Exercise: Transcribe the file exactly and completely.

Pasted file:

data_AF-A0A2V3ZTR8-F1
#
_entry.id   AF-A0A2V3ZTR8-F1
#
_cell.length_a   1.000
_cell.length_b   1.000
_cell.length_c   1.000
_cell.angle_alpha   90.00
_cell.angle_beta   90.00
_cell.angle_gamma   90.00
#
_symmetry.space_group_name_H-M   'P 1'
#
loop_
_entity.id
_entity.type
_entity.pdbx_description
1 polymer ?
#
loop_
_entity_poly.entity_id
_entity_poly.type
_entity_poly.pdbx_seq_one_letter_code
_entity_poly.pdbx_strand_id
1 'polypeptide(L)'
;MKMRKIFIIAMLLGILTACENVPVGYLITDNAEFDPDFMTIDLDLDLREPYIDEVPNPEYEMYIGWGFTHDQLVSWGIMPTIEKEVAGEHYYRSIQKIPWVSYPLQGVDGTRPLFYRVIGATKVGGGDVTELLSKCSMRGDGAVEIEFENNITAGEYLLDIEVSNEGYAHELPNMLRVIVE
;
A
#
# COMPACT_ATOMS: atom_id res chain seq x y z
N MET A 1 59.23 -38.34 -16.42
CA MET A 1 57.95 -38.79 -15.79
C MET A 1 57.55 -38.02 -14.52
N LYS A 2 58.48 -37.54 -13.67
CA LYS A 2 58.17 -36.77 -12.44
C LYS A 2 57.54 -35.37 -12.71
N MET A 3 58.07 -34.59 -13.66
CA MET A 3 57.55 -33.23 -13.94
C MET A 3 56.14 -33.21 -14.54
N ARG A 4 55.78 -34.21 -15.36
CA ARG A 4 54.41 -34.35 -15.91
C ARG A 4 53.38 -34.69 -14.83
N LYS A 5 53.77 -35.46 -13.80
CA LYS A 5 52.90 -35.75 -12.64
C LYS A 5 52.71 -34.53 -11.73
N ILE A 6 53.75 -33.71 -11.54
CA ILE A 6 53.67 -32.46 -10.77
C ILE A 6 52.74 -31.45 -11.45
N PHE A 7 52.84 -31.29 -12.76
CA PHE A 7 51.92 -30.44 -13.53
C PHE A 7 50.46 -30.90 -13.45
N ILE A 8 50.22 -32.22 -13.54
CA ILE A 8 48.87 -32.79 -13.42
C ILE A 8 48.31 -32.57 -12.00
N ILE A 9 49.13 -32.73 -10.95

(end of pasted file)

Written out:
data_AF-A0A2V3ZTR8-F1
#
_entry.id   AF-A0A2V3ZTR8-F1
#
_cell.length_a   1.000
_cell.length_b   1.000
_cell.length_c   1.000
_cell.angle_alpha   90.00
_cell.angle_beta   90.00
_cell.angle_gamma   90.00
#
_symmetry.space_group_name_H-M   'P 1'
#
loop_
_entity.id
_entity.type
_entity.pdbx_description
1 polymer ?
#
loop_
_entity_poly.entity_id
_entity_poly.type
_entity_poly.pdbx_seq_one_letter_code
_entity_poly.pdbx_strand_id
1 'polypeptide(L)'
;MKMRKIFIIAMLLGILTACENVPVGYLITDNAEFDPDFMTIDLDLDLREPYIDEVPNPEYEMYIGWGFTHDQLVSWGIMPTIEKEVAGEHYYRSIQKIPWVSYPLQGVDGTRPLFYRVIGATKVGGGDVTELLSKCSMRGDGAVEIEFENNITAGEYLLDIEVSNEGYAHELPNMLRVIVE
;
A
#
# COMPACT_ATOMS: atom_id res chain seq x y z
N MET A 1 59.23 -38.34 -16.42
CA MET A 1 57.95 -38.79 -15.79
C MET A 1 57.55 -38.02 -14.52
N LYS A 2 58.48 -37.54 -13.67
CA LYS A 2 58.17 -36.77 -12.44
C LYS A 2 57.54 -35.37 -12.71
N MET A 3 58.07 -34.59 -13.66
CA MET A 3 57.55 -33.23 -13.94
C MET A 3 56.14 -33.21 -14.54
N ARG A 4 55.78 -34.21 -15.36
CA ARG A 4 54.41 -34.35 -15.91
C ARG A 4 53.38 -34.69 -14.83
N LYS A 5 53.77 -35.46 -13.80
CA LYS A 5 52.90 -35.75 -12.64
C LYS A 5 52.71 -34.53 -11.73
N ILE A 6 53.75 -33.71 -11.54
CA ILE A 6 53.67 -32.46 -10.77
C ILE A 6 52.74 -31.45 -11.45
N PHE A 7 52.84 -31.29 -12.76
CA PHE A 7 51.92 -30.44 -13.53
C PHE A 7 50.46 -30.90 -13.45
N ILE A 8 50.22 -32.22 -13.54
CA ILE A 8 48.87 -32.79 -13.42
C ILE A 8 48.31 -32.57 -12.00
N ILE A 9 49.13 -32.73 -10.95